Using Downtime Productively

By this, I mean that there’s a potential opportunity to undertake a few end of year projects that can give you a leg up when the organization comes back into full swing in mid-January.

These projects have a few things in common:  they’re short so you can get them done in the few weeks available during the holiday lull, they’re easy to pick up and put done since you might be interrupted during their execution, and they’re things that will provide incremental value whether you finish them or not.

Project 1: Inventory Cleanup

When it comes to maintaining an inventory of assets, there’s little that’s either more challenging or more important.  The benefits of a reliable inventory are legion: it helps with investigations, incident response, risk assessment, BCP/DR, and numerous other tasks.

It’s challenging to get right though because environments are already complex and fluid – but technologies like mobile, virtualization, and containerization add further complexity and make it even harder to keep tabs on what applications tie to which VM’s, which containers, which physical hardware, etc.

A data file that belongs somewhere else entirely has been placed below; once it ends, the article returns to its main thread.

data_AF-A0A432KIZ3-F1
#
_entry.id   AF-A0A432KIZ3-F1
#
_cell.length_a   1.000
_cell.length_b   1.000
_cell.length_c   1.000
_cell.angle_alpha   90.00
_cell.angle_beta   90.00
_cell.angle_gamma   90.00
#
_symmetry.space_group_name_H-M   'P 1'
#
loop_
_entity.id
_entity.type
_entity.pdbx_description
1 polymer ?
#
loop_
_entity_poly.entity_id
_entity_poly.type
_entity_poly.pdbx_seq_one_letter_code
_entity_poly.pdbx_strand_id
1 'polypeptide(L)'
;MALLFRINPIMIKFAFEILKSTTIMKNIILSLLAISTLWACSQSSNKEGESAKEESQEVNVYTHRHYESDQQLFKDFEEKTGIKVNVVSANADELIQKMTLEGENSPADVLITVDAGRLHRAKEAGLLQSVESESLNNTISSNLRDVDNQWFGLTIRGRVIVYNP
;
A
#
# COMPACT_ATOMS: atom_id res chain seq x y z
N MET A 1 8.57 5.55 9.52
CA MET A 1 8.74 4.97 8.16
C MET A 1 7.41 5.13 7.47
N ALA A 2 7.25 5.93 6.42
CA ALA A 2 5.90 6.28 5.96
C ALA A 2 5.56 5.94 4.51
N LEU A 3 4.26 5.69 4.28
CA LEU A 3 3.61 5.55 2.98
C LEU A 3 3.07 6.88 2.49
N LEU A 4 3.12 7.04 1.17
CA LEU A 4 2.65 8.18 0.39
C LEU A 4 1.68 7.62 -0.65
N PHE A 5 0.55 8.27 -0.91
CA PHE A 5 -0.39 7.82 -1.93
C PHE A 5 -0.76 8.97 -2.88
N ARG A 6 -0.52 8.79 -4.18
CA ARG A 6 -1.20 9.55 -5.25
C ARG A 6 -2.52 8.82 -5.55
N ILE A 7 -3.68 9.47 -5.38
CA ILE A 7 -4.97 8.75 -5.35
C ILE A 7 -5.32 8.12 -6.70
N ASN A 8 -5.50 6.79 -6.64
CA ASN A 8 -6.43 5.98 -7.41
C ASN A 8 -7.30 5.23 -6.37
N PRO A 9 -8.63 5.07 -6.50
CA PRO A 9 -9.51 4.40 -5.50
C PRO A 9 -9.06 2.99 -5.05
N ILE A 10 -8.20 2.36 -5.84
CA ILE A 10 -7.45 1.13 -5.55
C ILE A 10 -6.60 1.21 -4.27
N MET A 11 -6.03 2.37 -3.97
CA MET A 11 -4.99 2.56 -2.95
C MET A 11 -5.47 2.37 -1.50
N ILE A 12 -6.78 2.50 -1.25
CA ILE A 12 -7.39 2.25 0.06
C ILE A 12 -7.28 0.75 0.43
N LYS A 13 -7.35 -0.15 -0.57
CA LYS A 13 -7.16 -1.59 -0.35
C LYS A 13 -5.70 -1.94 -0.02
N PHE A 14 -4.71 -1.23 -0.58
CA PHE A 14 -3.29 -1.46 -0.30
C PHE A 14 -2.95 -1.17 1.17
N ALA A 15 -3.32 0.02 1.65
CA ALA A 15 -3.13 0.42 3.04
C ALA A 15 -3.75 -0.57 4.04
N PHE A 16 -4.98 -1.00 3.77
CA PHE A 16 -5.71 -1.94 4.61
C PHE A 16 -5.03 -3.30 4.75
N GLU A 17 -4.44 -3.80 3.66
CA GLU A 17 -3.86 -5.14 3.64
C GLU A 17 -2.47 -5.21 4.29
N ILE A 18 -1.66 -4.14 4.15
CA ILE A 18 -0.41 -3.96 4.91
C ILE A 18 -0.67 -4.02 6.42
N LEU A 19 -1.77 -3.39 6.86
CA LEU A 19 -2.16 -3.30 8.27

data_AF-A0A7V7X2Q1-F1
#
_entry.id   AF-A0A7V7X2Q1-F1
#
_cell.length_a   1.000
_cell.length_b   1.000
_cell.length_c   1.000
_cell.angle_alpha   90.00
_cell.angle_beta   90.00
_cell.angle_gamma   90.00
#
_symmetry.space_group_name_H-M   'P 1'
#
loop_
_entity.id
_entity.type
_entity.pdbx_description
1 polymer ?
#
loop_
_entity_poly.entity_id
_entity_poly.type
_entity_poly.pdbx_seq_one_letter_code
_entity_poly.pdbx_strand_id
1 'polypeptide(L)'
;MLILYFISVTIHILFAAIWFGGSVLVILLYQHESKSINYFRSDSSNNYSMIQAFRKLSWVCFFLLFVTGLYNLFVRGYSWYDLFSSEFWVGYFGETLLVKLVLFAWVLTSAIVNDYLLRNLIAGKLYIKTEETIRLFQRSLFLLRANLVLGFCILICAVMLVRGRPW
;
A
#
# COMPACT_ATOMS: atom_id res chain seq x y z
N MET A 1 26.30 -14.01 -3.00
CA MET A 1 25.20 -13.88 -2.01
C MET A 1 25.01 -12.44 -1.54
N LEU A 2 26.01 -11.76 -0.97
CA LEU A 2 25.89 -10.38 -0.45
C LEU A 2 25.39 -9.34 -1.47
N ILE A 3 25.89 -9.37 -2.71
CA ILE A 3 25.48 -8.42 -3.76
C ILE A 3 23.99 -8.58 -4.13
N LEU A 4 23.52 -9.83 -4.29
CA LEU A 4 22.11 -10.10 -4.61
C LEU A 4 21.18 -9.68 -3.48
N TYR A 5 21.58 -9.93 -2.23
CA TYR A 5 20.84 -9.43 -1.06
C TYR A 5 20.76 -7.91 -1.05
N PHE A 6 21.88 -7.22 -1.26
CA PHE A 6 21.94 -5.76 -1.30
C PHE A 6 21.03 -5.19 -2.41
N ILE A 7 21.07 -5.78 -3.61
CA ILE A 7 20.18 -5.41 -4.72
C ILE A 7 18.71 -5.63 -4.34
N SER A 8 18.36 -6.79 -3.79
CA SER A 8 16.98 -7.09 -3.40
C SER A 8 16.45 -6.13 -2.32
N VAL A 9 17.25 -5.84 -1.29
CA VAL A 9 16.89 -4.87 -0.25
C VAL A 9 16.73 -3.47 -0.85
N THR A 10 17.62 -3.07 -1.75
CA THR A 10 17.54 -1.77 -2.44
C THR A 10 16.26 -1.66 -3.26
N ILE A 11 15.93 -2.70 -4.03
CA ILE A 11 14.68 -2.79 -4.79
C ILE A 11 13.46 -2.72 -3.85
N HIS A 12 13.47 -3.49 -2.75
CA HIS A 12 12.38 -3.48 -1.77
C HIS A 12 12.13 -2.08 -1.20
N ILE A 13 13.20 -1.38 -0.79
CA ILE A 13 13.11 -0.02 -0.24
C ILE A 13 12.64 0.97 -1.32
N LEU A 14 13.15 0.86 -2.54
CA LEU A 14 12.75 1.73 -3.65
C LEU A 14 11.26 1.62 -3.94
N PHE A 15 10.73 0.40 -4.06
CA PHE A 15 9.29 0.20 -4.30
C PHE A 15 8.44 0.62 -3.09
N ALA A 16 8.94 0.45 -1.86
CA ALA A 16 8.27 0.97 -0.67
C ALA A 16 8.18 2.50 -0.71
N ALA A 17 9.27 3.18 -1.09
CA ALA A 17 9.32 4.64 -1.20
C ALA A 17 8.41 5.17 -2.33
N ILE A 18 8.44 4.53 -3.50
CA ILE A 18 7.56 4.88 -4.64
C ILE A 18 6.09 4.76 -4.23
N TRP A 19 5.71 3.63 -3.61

Holiday downtime provides a useful opportunity to revisit existing inventories to make them more accurate and keep them updated.  Why?  Because many organizations limit the amount of change happening during the end of year period.

Project 2: Policy Review

For many organizations, keeping information security policy updated is back of mind.  Not that it isn’t important (because we all know it is), but instead often it’s an “I’ll get to it” activity – particularly when there are fires to put out and other projects clamoring for attention.